This was my 3rd Piquant Chicken spice reload. This is literally the ONLY grilled chicken I have ever made that I liked (forget about my all-too-polite guests' opinions.)
Grilled Kabul PC Chicken To Die For
Grilled chicken has always been a problem for me. I won't bore you with my many failures. Suffice it to say, it usually:
- lacked flavor
- was too dry or overdone
- was burnt
- All of the above.
The solution came about after I purchased a King **** Sunterra santa maria style grill, which gave me the ability to quickly adjust heat up or down, and to have a grilling surface which does NOT cause fires or flareups. I use wood or charcoal.
That last benefit then, took care of of the problem of burned chicken.
30 years ago I started marinating my favorite steaks, ribeyes, in cheap italian dressing. Steaks go into a gallon ziplock, add a bottle of salad dressing and leave 'em in the fridge 8-24 hours. The extra flavor absorbed by the meat, and sealed in with a good crusty hot grill, creates steaks that are the best I have ever had. ANYwhere, including virtually all the great steakhouses in America.
Hold that thought.
At the beginning of the pandemic, one day at Costco, the only chicken I could find were large bags of boneless chicken thighs. Coming out of their bags, I found what looked like the results of training sessions for kindergarten level chicken butchers.
But, rather than go back to the store and complain, I decided to try 'em anyway. And dunked 'em all in the italian dressing marinade overnite. Not as long as my steaks (thinner meat, not as dense as beef).
Noonish next day, I fired up the Santa Maria.
Now my model has V shaped grilling grates. Slightly slanted, cooking liquids run down the V into a little holding trough. This feature prevents fires.
Also, on top of the grill grates for chick, veggies, and fish, I place a big square of 1/4" heavy stainless steel wire mesh (order from Skylighter.com). That helps prevent delicate foods from sticking to the ultra hot V grates.
I spray everything with low-no smoke grapeseed oil.
Next I remove my unsightly boneless chick thighs, and drain 'em for a bit. Then arrange 'em on the cooking wire. On my grill I can easily do 5-10 lbs of these things at one time. I freeze lots of them after grilling.
Now, gitchoo yer new bottle of Piquant Chicken spices. Pour a bunch of it into your feelthy, dirty, charcoaly hand. Only use your bare hand. People will run from you if you cook using purple nitrile gloves these days.
Sprinkle the stuff liberally, but not thick, on toppa alla the chick piece--except 2! Then flip each spiced piece and apply PC spice to the other side. It is okay for this spice to carbonize some. No problem at all. But you still wanna keep your chick from turning black. So CONSTANT ATTENTION MUST BE PAID!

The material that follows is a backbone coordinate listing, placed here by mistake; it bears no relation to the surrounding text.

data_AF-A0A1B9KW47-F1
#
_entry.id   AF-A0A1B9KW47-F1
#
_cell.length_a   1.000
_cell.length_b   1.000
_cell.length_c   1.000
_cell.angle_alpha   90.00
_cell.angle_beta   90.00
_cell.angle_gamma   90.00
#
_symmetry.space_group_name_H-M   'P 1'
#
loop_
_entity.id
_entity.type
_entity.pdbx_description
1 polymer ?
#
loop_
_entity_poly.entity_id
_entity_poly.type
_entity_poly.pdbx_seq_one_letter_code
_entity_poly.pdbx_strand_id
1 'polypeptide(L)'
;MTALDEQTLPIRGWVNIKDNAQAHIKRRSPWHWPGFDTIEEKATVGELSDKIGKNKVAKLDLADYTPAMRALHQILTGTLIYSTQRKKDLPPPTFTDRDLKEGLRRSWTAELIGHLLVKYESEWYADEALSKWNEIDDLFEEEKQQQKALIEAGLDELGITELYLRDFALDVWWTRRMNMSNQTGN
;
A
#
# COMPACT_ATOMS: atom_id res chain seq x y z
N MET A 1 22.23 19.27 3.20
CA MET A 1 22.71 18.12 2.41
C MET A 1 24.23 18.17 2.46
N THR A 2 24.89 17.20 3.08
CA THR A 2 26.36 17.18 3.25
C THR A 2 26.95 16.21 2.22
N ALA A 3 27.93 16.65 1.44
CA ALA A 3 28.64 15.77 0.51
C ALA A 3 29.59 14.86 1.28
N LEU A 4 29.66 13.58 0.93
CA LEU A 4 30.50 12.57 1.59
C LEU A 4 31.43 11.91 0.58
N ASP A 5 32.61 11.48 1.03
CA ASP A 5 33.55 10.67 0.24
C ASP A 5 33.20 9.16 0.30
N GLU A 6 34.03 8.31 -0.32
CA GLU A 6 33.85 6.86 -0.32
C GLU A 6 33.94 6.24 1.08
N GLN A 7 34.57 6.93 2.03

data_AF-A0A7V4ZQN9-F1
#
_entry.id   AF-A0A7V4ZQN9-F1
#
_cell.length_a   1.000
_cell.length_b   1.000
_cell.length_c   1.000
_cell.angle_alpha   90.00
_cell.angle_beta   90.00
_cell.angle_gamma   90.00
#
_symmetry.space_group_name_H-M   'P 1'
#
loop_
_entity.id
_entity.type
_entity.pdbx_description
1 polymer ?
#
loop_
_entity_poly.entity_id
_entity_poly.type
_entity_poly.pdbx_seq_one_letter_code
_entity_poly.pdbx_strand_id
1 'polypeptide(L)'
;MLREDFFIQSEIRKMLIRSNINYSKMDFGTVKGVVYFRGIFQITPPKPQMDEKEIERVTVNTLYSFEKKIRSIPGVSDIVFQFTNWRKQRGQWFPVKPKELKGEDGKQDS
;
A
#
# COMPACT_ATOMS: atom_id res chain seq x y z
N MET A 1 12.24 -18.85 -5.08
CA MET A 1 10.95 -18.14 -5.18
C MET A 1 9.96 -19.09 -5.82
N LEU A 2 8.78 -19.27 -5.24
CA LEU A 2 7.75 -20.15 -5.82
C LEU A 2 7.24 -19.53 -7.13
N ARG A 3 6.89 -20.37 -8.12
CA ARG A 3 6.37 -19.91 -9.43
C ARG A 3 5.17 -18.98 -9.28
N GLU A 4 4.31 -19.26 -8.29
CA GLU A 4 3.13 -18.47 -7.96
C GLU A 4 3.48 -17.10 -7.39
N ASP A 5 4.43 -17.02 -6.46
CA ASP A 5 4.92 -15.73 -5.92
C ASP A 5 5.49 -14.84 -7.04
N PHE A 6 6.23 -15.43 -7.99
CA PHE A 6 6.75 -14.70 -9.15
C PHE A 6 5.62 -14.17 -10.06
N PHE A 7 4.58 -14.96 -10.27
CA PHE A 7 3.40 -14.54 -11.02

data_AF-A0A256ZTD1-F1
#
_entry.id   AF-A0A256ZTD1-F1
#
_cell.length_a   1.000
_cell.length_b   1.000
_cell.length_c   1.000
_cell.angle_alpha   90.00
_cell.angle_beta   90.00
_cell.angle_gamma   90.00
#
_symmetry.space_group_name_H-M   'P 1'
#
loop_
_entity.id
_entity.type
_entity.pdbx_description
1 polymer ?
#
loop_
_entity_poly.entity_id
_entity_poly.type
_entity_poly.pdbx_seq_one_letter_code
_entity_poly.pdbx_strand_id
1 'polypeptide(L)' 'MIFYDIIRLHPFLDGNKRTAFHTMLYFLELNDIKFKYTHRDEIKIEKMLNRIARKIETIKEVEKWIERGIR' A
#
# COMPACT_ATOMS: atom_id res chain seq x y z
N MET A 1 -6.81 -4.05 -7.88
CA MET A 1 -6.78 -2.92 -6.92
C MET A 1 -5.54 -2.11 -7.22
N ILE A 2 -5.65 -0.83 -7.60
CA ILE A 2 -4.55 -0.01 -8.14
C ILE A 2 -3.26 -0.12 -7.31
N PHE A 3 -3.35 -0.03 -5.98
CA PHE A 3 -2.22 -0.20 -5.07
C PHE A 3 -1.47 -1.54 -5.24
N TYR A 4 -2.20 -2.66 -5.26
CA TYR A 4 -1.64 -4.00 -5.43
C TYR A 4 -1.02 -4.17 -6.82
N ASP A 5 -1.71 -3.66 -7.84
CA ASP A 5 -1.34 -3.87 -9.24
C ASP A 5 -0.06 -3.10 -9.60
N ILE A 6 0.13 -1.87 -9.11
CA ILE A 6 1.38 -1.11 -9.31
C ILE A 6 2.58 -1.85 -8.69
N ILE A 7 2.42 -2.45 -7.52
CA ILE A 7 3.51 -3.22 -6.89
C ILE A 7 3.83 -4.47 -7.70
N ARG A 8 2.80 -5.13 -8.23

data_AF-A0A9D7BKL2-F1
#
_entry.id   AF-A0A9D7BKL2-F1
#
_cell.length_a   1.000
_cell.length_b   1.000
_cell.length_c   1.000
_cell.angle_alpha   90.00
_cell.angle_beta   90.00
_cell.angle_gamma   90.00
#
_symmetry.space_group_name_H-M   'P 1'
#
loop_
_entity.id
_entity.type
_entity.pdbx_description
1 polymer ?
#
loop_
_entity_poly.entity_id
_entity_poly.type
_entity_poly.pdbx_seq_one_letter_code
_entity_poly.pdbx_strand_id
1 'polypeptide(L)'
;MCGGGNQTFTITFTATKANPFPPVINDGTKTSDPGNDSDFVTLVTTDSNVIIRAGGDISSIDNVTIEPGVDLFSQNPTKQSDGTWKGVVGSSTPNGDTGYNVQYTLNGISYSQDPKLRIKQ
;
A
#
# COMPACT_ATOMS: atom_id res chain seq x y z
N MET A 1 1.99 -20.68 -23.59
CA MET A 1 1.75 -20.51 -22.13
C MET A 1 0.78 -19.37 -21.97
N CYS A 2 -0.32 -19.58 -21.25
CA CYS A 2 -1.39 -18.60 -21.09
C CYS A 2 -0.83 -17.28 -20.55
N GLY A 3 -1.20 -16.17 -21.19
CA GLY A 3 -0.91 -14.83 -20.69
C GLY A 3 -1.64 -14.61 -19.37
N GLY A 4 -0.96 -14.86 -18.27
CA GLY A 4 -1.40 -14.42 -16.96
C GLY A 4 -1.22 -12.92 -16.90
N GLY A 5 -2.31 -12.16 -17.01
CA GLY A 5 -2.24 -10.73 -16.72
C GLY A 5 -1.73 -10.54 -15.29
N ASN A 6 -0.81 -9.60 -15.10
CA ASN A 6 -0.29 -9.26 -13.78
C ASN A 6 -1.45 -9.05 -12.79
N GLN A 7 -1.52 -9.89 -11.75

Keep track of the two unspiced pieces. They are your "controls". Cook them like the rest, but keep 'em separate.
You absolutely cannot grill chicken and walk away from it. You must watch it closely, constantly, and keep flipping the pieces to make sure they don't burn.
The next secret of my success was the use of a Thermoworks probe thermometer. The high priced one. THAT has had a greater impact on my grilling successes over the last 10 years of all my trials and tribulations.
Cook each piece 165 degrees F. Do not worry about their color, crust or any of that normal steak methodology. Stick the thermo into every single piece. The little, thin ones will finish first.
When they hit 162 or thereabouts, get 'em offa the grill, and just put 'em in a bowl, one on toppa the other. Their residual heat will keep 'em cooking to 165. At 165, I promise you, they will still be juicy, no matter what they look like on the outside.
Now this is important. As soon as you can possibly hold one of those first pieces of cooked chicken, eat that sucker!
And, if you have managed to do it, eat one of the two unspiced pieces and compare the flavors.
I think you will agree that the PC spiced chicken, prepared as described above may be the best ****** grilled chicken you ever set tooth to. And it will have flavor, still be juicy, and relatively quick and easy to make.
PS: chicken thigh meat may be the best flavored part of the chicken to my tastebudlets. But if it's not your's, you can do the same thing with any chicken cut. Whole boneless ******* are problematic, due to their extreme variation in thickness from one end to t'other. Lotsa fancy, dancy ways of over coming this problem are around, but 'twere it me, I would just cut the ******* into one small and one large piece, and cook 'em separately--it is almost impossible to evenly grill chicken ******* unless you do SOMEthing to accomodate the thickness variations.
PPS: grilled PC spiced chicken salad is also some of the best. Pull your chicken into small shreds and pieces, mix with good mayo, diced celery, a little coarse chopped capers, and